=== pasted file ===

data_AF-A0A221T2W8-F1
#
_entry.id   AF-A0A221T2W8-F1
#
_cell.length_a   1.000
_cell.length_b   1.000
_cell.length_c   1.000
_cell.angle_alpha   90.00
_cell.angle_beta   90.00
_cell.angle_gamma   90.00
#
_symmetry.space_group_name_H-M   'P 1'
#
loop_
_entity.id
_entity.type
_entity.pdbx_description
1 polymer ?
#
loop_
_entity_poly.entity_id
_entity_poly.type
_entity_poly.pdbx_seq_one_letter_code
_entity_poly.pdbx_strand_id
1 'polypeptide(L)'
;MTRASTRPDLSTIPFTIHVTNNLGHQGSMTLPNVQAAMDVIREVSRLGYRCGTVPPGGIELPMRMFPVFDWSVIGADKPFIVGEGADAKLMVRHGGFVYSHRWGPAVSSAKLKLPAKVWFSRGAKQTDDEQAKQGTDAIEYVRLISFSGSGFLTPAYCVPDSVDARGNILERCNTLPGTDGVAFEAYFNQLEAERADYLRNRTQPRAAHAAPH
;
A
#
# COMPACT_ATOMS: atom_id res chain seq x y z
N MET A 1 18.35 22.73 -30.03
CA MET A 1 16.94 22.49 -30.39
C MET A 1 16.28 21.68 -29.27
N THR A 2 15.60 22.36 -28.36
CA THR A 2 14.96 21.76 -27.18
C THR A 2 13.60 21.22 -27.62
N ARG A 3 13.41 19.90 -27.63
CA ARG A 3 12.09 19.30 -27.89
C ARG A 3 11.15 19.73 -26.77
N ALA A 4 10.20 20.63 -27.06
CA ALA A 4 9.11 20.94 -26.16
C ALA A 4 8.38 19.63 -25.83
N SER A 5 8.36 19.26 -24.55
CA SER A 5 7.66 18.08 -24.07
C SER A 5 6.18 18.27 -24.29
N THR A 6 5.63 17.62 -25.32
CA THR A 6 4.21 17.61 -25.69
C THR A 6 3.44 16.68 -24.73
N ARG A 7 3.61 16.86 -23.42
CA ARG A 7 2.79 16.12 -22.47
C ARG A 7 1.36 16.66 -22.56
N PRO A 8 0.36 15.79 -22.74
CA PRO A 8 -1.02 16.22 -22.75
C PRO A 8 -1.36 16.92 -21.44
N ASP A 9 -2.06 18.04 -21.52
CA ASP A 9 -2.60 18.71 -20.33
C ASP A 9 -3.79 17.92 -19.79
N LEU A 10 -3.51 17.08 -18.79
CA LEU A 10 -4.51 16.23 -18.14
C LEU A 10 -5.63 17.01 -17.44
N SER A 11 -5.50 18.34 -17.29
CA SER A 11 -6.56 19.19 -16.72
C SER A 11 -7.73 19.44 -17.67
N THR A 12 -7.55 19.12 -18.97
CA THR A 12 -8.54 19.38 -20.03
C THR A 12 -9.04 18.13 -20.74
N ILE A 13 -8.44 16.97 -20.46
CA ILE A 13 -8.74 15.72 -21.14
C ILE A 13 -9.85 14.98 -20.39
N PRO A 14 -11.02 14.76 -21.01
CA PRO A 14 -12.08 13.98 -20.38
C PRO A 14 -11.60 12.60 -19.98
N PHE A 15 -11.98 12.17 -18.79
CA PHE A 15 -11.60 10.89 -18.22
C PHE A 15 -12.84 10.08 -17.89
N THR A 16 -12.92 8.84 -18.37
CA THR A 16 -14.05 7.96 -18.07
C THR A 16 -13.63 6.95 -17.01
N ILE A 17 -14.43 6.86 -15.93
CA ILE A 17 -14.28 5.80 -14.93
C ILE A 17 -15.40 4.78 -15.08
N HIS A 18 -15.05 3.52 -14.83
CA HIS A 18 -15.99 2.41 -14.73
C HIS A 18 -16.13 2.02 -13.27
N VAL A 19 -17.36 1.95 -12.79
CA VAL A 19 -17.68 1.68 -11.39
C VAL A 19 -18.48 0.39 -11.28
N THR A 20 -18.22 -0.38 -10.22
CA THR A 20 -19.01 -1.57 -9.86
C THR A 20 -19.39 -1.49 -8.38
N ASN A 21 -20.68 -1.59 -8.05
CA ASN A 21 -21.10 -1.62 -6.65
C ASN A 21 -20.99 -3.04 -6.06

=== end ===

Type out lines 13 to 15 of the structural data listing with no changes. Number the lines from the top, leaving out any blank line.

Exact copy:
#
loop_
_entity.id